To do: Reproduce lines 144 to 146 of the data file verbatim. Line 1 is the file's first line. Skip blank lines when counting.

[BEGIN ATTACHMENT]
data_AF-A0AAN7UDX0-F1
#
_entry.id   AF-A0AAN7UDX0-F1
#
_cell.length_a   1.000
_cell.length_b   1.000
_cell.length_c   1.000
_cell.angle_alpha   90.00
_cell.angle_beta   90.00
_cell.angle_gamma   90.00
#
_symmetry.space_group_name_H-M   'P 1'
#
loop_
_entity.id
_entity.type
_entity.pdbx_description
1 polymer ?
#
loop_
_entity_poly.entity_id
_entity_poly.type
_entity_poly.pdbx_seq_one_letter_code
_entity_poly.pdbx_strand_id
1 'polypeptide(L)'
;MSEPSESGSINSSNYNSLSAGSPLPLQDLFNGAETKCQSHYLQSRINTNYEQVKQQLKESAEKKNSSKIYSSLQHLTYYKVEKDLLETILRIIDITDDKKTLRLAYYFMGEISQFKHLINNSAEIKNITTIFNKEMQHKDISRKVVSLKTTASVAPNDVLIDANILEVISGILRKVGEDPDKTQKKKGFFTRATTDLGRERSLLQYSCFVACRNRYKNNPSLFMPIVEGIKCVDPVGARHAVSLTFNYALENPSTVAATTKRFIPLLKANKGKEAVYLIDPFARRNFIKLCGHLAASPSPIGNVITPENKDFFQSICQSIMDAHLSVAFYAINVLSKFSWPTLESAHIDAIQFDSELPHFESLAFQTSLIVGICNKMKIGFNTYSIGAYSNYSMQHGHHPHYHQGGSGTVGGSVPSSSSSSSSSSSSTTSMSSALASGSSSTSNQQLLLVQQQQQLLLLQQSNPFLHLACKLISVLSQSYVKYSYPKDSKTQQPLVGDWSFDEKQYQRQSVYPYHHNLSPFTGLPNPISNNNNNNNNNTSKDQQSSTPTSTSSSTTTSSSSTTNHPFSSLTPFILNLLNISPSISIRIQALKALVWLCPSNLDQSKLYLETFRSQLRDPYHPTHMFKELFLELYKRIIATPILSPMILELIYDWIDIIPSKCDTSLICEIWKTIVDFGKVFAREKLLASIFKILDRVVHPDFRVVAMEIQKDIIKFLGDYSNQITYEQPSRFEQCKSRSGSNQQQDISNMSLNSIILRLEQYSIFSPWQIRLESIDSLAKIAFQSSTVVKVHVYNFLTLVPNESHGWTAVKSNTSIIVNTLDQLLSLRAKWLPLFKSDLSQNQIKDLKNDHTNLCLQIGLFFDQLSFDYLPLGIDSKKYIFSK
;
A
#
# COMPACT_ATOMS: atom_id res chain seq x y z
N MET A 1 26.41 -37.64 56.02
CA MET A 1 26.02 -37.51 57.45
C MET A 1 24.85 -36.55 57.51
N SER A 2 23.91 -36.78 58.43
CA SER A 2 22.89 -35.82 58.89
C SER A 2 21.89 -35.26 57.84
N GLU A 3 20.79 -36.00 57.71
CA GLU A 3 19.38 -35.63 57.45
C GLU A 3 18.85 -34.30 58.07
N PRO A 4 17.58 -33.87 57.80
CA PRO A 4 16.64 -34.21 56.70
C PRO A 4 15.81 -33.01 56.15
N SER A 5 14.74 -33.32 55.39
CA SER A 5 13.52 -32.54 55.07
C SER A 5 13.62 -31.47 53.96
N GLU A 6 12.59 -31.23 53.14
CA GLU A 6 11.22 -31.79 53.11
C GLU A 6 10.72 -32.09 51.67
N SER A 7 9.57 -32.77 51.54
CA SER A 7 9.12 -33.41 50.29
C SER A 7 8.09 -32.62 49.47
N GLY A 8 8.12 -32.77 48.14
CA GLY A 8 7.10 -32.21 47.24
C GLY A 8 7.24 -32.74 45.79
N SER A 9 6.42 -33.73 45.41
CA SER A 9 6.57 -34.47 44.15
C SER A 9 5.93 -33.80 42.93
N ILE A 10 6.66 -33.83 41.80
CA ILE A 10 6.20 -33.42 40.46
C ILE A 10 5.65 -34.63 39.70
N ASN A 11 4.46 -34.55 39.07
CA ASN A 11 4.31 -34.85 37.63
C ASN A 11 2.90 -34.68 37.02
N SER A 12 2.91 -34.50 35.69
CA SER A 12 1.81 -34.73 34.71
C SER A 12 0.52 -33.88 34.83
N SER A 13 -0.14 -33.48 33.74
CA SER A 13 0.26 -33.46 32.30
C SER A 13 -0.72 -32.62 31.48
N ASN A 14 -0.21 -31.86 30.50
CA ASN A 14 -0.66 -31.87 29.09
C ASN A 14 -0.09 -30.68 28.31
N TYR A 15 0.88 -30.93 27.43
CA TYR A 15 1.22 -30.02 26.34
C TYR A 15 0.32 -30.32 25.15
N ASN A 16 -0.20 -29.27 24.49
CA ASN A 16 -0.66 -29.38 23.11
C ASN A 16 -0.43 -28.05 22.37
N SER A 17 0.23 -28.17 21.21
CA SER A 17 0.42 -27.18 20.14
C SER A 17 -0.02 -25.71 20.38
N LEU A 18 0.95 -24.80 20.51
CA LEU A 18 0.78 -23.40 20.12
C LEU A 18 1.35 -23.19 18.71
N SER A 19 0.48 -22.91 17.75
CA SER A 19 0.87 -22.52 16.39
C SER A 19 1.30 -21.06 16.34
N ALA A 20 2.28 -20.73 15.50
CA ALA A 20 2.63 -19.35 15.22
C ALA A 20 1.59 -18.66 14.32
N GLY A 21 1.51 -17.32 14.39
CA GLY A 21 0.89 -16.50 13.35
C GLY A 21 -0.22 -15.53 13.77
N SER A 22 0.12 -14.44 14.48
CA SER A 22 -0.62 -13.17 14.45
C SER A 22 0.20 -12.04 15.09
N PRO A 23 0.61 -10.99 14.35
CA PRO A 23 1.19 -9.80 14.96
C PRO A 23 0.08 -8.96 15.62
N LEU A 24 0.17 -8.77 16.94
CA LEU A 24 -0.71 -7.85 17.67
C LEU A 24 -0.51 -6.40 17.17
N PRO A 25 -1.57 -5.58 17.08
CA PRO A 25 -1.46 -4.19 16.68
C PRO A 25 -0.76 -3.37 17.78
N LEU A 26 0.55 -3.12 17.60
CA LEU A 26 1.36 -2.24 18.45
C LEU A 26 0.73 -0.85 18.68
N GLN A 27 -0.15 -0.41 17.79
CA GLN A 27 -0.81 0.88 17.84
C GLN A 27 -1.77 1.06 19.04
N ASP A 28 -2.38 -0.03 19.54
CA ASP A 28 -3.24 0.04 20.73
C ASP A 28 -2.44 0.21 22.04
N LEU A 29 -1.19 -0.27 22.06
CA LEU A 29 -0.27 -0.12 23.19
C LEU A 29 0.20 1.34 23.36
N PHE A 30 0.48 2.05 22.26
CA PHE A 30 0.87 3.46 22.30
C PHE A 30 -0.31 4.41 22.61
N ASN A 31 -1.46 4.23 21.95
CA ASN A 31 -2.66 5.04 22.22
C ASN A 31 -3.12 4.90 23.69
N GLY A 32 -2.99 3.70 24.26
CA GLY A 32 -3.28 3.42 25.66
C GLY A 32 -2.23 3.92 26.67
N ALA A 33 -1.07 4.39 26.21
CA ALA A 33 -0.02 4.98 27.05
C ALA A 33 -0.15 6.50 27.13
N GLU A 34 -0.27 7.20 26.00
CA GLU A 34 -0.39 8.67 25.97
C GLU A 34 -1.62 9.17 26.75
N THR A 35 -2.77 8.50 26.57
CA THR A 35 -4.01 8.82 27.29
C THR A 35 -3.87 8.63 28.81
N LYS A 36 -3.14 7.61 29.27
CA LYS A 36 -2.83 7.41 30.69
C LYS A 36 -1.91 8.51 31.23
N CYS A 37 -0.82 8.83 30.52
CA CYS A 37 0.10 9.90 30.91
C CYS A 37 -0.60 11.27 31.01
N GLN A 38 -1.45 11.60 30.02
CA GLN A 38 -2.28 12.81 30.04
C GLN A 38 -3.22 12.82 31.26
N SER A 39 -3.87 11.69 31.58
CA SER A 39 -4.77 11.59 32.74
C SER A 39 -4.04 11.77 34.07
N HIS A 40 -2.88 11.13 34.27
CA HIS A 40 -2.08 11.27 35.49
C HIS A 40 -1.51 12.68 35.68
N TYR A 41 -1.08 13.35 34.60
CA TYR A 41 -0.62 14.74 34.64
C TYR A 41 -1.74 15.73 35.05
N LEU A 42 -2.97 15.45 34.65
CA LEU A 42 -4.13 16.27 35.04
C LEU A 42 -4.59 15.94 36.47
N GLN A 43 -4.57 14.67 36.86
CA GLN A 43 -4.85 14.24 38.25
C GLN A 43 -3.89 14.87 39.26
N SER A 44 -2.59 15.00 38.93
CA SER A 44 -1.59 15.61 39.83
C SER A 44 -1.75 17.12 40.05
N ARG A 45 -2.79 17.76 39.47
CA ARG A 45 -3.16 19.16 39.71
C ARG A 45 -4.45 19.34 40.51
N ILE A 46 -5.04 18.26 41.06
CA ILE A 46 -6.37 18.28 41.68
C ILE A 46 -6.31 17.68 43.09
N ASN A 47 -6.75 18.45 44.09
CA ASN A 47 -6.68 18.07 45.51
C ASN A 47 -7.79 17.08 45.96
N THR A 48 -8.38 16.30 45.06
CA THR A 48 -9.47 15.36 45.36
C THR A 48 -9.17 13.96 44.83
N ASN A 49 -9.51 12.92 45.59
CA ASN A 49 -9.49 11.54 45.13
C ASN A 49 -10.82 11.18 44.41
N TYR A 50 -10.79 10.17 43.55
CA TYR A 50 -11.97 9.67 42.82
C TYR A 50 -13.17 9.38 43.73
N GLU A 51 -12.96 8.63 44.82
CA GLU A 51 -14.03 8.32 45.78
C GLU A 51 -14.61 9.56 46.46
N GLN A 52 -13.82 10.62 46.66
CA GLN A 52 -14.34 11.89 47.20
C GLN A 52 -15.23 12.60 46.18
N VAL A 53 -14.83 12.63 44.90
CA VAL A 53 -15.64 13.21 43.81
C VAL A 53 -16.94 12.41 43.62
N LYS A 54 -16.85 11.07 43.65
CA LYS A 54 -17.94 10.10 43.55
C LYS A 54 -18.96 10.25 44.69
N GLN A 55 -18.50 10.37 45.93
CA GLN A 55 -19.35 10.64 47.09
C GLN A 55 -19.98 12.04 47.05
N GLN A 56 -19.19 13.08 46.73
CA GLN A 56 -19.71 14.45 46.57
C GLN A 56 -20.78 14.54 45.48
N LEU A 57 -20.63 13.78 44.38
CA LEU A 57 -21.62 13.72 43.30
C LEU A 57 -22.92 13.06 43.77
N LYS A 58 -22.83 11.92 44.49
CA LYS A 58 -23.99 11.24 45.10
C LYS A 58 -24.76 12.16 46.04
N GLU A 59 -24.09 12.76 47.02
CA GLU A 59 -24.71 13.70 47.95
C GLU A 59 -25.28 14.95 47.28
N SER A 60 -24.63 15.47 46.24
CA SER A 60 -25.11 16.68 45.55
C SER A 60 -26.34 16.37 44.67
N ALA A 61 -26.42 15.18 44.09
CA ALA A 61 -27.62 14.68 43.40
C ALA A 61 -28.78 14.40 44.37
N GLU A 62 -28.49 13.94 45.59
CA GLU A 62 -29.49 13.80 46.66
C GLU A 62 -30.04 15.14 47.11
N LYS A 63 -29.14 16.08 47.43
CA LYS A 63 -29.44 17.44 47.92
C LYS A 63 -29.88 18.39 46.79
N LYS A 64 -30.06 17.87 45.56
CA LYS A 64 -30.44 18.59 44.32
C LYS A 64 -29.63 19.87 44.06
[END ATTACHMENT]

C GLN A 38 -3.22 12.82 31.26
N SER A 39 -3.87 11.69 31.58
CA SER A 39 -4.77 11.59 32.74